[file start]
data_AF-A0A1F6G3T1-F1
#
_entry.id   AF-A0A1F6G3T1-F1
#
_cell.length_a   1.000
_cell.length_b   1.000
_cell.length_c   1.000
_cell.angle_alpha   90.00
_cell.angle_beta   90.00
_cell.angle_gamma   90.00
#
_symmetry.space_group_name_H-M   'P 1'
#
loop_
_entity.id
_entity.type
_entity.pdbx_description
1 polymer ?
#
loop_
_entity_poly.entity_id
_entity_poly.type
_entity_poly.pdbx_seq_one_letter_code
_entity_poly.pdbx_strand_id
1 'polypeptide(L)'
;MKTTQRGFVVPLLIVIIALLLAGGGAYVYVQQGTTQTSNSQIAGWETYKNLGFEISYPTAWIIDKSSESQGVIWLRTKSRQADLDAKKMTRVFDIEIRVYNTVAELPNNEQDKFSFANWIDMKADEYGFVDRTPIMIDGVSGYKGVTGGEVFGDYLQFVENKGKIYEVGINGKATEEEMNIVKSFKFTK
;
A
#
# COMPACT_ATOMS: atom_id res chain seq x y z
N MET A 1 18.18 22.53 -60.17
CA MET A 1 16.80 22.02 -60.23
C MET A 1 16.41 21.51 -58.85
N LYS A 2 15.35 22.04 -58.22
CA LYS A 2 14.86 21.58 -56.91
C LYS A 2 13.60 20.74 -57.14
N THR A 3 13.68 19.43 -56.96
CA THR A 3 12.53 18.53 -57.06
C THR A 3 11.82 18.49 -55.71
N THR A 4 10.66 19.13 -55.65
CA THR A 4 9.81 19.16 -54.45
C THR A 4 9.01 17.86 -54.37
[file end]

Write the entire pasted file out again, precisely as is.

data_AF-A0A1F6G3T1-F1
#
_entry.id   AF-A0A1F6G3T1-F1
#
_cell.length_a   1.000
_cell.length_b   1.000
_cell.length_c   1.000
_cell.angle_alpha   90.00
_cell.angle_beta   90.00
_cell.angle_gamma   90.00
#
_symmetry.space_group_name_H-M   'P 1'
#
loop_
_entity.id
_entity.type
_entity.pdbx_description
1 polymer ?
#
loop_
_entity_poly.entity_id
_entity_poly.type
_entity_poly.pdbx_seq_one_letter_code
_entity_poly.pdbx_strand_id
1 'polypeptide(L)'
;MKTTQRGFVVPLLIVIIALLLAGGGAYVYVQQGTTQTSNSQIAGWETYKNLGFEISYPTAWIIDKSSESQGVIWLRTKSRQADLDAKKMTRVFDIEIRVYNTVAELPNNEQDKFSFANWIDMKADEYGFVDRTPIMIDGVSGYKGVTGGEVFGDYLQFVENKGKIYEVGINGKATEEEMNIVKSFKFTK
;
A
#
# COMPACT_ATOMS: atom_id res chain seq x y z
N MET A 1 18.18 22.53 -60.17
CA MET A 1 16.80 22.02 -60.23
C MET A 1 16.41 21.51 -58.85
N LYS A 2 15.35 22.04 -58.22
CA LYS A 2 14.86 21.58 -56.91
C LYS A 2 13.60 20.74 -57.14
N THR A 3 13.68 19.43 -56.96
CA THR A 3 12.53 18.53 -57.06
C THR A 3 11.82 18.49 -55.71
N THR A 4 10.66 19.13 -55.65
CA THR A 4 9.81 19.16 -54.45
C THR A 4 9.01 17.86 -54.37